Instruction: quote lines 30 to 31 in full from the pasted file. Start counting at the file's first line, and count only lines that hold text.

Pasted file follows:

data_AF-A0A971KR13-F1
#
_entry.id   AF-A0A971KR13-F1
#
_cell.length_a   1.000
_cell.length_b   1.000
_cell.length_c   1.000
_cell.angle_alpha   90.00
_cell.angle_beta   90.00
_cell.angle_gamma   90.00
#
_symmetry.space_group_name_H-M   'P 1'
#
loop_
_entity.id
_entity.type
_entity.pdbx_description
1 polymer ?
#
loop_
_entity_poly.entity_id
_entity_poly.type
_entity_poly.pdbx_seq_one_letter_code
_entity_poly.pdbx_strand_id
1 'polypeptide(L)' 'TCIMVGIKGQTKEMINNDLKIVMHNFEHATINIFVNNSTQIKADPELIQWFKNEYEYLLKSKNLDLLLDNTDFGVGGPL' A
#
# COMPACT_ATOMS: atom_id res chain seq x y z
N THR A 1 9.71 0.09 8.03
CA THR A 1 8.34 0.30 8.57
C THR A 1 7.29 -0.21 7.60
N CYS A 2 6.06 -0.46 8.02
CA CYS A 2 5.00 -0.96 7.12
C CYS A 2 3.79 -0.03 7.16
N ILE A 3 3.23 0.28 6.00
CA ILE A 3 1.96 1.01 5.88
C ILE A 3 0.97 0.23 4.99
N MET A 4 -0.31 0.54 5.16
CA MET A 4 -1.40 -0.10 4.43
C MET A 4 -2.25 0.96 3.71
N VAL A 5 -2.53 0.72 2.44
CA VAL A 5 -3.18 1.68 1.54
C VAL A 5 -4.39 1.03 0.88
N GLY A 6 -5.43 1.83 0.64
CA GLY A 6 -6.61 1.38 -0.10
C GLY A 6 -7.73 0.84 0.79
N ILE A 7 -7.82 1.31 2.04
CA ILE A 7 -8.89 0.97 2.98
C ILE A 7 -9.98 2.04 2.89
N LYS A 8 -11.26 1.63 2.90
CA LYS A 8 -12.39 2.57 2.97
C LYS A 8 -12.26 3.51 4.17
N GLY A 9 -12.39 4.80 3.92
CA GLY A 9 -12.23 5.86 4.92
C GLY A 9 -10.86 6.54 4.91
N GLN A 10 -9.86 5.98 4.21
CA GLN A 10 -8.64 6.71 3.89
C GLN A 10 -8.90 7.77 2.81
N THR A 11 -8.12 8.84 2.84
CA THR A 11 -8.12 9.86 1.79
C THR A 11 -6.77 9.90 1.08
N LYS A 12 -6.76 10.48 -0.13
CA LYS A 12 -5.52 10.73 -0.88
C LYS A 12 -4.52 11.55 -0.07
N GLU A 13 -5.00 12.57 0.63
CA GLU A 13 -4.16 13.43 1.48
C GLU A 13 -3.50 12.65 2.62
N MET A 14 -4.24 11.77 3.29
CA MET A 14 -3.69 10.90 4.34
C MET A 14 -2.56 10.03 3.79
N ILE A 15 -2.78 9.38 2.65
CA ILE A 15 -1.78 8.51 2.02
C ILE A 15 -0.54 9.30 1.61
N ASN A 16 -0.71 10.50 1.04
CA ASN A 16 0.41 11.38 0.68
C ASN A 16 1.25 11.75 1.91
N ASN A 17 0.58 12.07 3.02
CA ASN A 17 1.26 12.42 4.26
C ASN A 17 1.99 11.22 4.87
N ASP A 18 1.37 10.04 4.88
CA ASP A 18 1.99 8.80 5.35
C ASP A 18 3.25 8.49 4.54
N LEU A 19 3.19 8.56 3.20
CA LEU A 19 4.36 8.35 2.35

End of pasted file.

C THR A 1 7.29 -0.21 7.60
N CYS A 2 6.06 -0.46 8.02